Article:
Jonathan Anderson is relaxed about Chinese inflation:
All the evidence suggests that the current spike in prices will prove to be temporary, likely fading away by the second half of 2008, and as it does the prevailing furor over the inflation issue will subside as well…
We agree that money growth is a fundamental force behind inflation in China, and there is a clear and tight correlation between the two over time. But the salient point is that monetary factors drive underlying inflation, and not every short-term twist and turn in CPI along the way. During the deflationary period 1997-2003, the measure of broad money, M2, grew at an average annual rate of 16.4%. What was the comparable pace for the second half of 2007? Around 17.6% year on year—in other words, only slightly higher.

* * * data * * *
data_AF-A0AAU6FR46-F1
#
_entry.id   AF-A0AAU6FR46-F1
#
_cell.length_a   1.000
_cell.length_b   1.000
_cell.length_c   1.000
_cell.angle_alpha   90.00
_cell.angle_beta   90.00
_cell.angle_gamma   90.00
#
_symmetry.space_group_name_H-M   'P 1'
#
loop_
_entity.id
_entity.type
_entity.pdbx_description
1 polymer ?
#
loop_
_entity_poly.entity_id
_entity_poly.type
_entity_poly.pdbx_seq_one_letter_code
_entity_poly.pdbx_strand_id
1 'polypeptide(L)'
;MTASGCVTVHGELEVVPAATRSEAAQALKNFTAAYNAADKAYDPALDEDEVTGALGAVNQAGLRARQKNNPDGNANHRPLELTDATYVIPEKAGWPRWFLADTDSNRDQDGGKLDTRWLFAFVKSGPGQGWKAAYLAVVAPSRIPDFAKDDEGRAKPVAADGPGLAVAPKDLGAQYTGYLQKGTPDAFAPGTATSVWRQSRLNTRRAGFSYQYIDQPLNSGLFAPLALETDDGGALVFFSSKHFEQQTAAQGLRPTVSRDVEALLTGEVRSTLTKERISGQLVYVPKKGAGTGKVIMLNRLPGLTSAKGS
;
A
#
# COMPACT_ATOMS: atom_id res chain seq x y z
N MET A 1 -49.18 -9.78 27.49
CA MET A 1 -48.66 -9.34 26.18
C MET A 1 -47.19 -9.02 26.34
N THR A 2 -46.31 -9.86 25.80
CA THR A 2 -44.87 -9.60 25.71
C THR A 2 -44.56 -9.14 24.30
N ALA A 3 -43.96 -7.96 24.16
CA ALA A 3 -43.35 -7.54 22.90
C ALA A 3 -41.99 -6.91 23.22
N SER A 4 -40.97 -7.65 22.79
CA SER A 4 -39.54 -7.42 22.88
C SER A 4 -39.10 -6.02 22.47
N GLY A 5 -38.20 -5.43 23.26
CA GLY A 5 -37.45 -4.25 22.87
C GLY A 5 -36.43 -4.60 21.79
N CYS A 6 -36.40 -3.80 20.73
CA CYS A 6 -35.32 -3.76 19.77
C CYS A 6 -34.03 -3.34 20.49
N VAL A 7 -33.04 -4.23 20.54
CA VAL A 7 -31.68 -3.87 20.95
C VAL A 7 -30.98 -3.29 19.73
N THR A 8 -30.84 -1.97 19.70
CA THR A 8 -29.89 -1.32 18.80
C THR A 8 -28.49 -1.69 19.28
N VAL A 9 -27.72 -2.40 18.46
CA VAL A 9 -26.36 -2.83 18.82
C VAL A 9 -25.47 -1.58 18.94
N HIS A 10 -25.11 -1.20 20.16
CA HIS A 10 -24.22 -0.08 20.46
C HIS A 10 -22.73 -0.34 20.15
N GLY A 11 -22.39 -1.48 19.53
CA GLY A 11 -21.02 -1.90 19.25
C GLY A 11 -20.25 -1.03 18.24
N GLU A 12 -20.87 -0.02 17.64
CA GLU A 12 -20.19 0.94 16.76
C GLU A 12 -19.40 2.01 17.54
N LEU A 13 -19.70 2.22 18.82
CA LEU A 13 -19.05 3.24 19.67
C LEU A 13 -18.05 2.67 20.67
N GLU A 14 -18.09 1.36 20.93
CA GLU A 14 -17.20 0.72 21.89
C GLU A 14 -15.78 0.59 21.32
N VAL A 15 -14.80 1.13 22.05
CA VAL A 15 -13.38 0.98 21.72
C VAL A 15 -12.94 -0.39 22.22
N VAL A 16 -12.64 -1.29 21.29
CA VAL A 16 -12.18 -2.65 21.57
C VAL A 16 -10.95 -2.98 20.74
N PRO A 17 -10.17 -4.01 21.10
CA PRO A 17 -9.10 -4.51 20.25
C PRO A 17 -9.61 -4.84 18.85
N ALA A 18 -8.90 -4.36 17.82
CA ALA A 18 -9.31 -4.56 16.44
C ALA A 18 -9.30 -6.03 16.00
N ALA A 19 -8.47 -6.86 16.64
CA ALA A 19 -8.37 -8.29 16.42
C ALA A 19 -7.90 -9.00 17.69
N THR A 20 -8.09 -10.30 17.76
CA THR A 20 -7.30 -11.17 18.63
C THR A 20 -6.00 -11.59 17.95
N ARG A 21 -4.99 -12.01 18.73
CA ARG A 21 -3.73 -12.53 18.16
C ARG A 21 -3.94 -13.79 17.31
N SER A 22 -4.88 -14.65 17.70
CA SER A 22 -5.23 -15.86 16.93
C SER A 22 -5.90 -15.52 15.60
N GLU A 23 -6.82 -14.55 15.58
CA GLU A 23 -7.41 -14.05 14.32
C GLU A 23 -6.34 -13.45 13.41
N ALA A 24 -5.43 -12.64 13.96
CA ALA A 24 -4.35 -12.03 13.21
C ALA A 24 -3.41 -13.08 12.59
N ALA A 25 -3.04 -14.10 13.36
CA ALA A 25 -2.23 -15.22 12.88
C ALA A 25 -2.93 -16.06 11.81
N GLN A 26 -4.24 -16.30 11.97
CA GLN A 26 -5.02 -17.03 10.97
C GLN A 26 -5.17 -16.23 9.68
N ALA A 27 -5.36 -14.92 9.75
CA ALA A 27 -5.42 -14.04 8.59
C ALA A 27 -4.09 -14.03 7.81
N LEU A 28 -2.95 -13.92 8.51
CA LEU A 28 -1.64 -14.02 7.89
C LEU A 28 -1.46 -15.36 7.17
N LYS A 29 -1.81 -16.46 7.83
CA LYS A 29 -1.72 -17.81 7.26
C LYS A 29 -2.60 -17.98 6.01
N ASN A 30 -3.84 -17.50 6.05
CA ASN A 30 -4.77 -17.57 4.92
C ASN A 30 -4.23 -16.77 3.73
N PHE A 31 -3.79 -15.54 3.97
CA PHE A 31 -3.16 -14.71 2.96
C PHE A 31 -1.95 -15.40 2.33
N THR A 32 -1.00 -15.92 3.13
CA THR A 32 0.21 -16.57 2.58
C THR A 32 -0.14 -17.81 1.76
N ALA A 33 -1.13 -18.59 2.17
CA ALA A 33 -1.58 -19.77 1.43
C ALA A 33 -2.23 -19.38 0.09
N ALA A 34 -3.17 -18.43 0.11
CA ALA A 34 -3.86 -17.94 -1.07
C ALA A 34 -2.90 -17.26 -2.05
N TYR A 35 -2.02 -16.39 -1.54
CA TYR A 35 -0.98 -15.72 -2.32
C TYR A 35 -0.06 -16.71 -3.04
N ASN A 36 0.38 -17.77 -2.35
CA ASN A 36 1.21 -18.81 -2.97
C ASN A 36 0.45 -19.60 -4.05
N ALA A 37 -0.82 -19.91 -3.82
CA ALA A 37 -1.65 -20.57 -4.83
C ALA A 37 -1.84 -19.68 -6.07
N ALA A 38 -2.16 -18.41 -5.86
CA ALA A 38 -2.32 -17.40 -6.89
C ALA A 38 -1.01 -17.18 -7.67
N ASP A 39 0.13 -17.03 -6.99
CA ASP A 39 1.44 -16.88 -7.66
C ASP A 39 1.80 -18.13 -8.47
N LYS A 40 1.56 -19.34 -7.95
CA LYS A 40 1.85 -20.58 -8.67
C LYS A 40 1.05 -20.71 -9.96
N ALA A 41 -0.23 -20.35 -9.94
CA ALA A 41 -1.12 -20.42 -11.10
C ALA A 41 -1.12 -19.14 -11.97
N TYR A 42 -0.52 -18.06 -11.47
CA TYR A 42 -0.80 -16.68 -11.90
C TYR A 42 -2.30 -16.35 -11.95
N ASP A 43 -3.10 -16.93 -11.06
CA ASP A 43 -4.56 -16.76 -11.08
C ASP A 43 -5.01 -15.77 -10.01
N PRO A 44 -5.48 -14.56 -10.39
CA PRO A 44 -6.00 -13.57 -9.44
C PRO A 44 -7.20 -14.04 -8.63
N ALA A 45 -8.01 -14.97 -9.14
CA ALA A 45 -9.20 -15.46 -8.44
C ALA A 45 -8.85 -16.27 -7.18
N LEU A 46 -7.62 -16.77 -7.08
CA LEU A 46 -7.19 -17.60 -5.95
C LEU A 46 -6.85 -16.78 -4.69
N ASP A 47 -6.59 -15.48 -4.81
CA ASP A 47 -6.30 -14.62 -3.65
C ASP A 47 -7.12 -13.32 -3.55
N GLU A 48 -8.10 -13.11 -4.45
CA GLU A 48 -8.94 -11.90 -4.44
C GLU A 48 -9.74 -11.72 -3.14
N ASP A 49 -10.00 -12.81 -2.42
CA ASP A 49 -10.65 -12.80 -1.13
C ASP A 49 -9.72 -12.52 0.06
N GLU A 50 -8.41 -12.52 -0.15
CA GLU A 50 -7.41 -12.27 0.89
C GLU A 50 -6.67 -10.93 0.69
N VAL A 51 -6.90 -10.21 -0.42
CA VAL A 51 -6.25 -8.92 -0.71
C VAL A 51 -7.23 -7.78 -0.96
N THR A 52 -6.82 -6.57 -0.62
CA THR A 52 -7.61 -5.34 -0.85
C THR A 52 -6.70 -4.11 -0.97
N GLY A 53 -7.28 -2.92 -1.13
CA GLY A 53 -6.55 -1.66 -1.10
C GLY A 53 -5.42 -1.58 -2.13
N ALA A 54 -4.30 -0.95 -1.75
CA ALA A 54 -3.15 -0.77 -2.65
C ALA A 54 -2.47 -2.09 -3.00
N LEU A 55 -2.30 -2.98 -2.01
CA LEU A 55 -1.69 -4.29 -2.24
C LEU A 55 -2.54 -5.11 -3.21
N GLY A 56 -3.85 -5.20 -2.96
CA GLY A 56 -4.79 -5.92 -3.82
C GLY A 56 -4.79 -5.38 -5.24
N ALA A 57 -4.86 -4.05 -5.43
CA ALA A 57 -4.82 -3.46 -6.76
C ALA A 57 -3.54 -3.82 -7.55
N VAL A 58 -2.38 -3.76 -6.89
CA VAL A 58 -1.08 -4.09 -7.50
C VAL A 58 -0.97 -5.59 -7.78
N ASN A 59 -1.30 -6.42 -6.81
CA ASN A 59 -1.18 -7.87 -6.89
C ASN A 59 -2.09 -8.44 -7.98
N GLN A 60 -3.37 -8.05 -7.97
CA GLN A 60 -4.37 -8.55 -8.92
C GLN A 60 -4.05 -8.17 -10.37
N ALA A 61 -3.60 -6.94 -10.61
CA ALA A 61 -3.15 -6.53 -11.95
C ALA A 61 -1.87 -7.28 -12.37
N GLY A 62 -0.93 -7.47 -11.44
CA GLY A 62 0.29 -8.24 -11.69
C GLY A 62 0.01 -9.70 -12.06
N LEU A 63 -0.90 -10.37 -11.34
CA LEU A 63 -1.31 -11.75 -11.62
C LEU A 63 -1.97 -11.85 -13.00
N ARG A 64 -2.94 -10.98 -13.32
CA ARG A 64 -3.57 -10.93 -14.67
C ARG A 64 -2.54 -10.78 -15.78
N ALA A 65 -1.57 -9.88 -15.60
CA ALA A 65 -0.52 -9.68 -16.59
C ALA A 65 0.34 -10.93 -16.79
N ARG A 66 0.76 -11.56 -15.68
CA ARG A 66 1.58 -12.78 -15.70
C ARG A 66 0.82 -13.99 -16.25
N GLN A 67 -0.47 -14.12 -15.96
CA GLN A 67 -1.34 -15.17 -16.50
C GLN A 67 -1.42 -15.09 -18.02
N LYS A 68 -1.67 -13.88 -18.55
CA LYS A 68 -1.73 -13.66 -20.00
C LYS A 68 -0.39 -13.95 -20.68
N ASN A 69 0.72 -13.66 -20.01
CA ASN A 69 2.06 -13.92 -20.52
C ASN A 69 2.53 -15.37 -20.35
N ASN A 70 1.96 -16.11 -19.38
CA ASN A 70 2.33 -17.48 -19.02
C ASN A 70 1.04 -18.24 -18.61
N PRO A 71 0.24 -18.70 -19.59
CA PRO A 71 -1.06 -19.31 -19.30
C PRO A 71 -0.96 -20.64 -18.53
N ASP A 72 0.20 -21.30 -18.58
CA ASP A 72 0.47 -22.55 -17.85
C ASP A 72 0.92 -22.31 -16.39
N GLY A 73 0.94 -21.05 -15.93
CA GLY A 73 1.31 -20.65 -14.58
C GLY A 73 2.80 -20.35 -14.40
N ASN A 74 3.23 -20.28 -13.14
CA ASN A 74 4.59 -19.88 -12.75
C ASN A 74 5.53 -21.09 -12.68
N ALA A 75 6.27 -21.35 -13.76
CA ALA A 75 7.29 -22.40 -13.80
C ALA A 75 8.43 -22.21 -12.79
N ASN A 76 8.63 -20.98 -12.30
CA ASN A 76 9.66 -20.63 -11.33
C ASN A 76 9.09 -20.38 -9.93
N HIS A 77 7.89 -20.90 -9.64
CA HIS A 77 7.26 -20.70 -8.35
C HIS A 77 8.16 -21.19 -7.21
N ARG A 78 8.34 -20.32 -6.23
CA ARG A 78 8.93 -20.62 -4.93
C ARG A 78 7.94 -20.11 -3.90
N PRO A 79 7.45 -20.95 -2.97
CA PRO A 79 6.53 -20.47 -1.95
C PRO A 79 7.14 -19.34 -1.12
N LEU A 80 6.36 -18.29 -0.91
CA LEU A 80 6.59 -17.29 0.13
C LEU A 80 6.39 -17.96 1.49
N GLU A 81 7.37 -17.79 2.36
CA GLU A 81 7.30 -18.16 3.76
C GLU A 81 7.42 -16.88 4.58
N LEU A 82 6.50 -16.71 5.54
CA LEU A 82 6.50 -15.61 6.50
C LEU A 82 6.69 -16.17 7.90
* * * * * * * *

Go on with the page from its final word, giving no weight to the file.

Base money growth has been much lower still, with sharply falling commercial bank excess liquidity ratios in the process. So while it’s easy to argue that money growth may have been nudging core inflation upward, it certainly can’t explain a seven percentage point rise in the headline rate.
posted on 10 March 2008 by skirchner
in Economics, Financial Markets
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